Research Associate - Institute of Human Virology
Education and Training
My work has concerned the molecular mechanisms of protein toxin translocation. After completion of my Masters in Chemistry at the University of York (2005), I undertook a PhD in Biology at the University of York (in the laboratory of Prof. Colin Kleanthous, now at Oxford University) studying the translocation mechanism of the Colicin E9 protein. Specifically, I investigated how Colicin E9 parasitized the Tol-Pal system in the periplasm in order to achieve internalization.
After completion of my PhD, I joined Dr. Eric Sundberg at the Boston Biomedical Research Institute, in 2009, to examine the interaction of directly evolved T-cell receptor that binding to Toxic Shock Syndrome proteins from Streptococcus pyogenes and Staphylococcus aureus. It was here that we began research on the translocation mechanism of the oncogenic protein CagA, from Helicobacter pylori, through a Type Four Secretion System.
This research continued when the Sundberg lab moved to the University of Maryland, Baltimore in 2011. My research has focused on several other proteins of the Type Four Secretion System as well as a group of human proteins which are displayed on epithelial cell surfaces that are essential for the translocation of CagA.
My research utilizes my expertise in protein expression and purification to characterize these proteins using a suite of biophysical techniques including; Isothermal titration calorimetry; Analytical ultracentrifugation; X-ray crystallography; Small angle X-ray scattering; Cyro electron-microscopy.
CagA is injected by H. pylori through a Type Four Secretion System into host gastric epithelial cells where is perturbs several host signaling pathways including the dysregulation of kinase-dependent signal transduction cascades and the apoptotic program, causing the majority of all diagnosed gastric cancers. We have been investigating how CagA is delievered through the Type Four Secretion System, specifically the interaction with its chaperone, CagF, a protein which is essential for CagA’s successful translocation. We have also investigated the role of CagL, which decorates the pilus of the Type Four Secretion System that is also required for CagA translocation.
Our collaborators recently identified the HopQ protein from H. pylori which too is vital for CagA translocation. HopQ is unusual as it not part of the Type Four Secretion System operons in H. pylori. They identified HopQ interacts with a family of host cell surface proteins called carcinoembryonic antigen-related cell adhesion molecules (CEACAMs). We have solved crystal structures of several CEACAMs as well as complexes between HopQ and CEACAMs. CEACAMs have been identified not only as receptors for several pathogenic bacteria such as Escherichia coli, Moraxella catarrhalis, Neisseria meningitides and Neisseria gonorrhoeae, but are also deregulated in many cancers.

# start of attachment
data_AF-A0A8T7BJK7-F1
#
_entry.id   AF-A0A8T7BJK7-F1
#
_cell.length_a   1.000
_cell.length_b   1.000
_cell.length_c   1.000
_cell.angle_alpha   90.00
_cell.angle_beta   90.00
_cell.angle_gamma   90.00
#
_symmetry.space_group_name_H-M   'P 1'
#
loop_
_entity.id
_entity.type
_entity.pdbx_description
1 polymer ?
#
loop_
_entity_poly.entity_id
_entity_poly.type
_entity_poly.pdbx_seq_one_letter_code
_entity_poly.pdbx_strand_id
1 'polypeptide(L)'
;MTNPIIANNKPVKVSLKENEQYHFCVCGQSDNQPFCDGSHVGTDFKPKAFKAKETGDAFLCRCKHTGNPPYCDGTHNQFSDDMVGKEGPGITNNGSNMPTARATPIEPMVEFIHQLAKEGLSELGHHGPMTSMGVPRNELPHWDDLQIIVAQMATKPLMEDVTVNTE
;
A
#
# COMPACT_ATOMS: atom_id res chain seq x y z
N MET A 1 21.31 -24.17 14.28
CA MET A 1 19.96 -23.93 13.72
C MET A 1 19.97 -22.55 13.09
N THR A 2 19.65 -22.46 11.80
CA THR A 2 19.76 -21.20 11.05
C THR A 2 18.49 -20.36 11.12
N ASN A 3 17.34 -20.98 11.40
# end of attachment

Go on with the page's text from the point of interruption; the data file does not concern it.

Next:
Helicobacter pylori, CEACAMs, X-ray crystallography
Daniel A. Bonsor, Qing Zhao, Barbara Schmidinger, Evelyn Weiss, Jingheng Wang, Daniel Deredge, Robert Beadenkopf, Blaine Dow, Wolfgang Fischer, Dorothy Beckett, Patrick L. Wintrode, Rainer Haas, Eric J. Sundberg (2018). The Helicobacter pylori adhesin protein HopQ exploits the dimer interface of human CEACAMs to facilitate translocation of the oncoprotein CagA. EMBO Journal, 37(13), e98664
Daniel A. Bonsor, Sebastian Günther, Robert Beadenkopf, Dorothy Beckett and Eric J. Sundberg (2015). Diverse oligomeric states of CEACAM IgV domains. Proceedings of the National Academy of Sciences of the United States of America, 112(44), 13561-13566
Daniel A. Bonsor, Kieu T. Pham, Robert Beadenkopf, Kay Diederichs, Rainer Haas, Dorothy Beckett, Wolfgang Fischer, and Eric J. Sundberg (2015). Integrin engagement by a helical RGD motif is regulated by a pH-induced displacement of a neighboring alpha helix. Journal of Biological Chemistry, 290(20), 12929-12940.
Daniel A. Bonsor, Evelyn Weiss, Anat Iosub-Amir, Tali H. Reingewertz, Tiffany W. Chen, Rainer Haas, Assaf Friedler, Wolfgang Fischer, Eric J. Sundberg (2013). Characterization of the translocation-competent complex between the Helicobacter pylori oncogenic protein CagA and the accessory protein CagF. Journal of Biological Chemistry, 288(46) 32897-32909.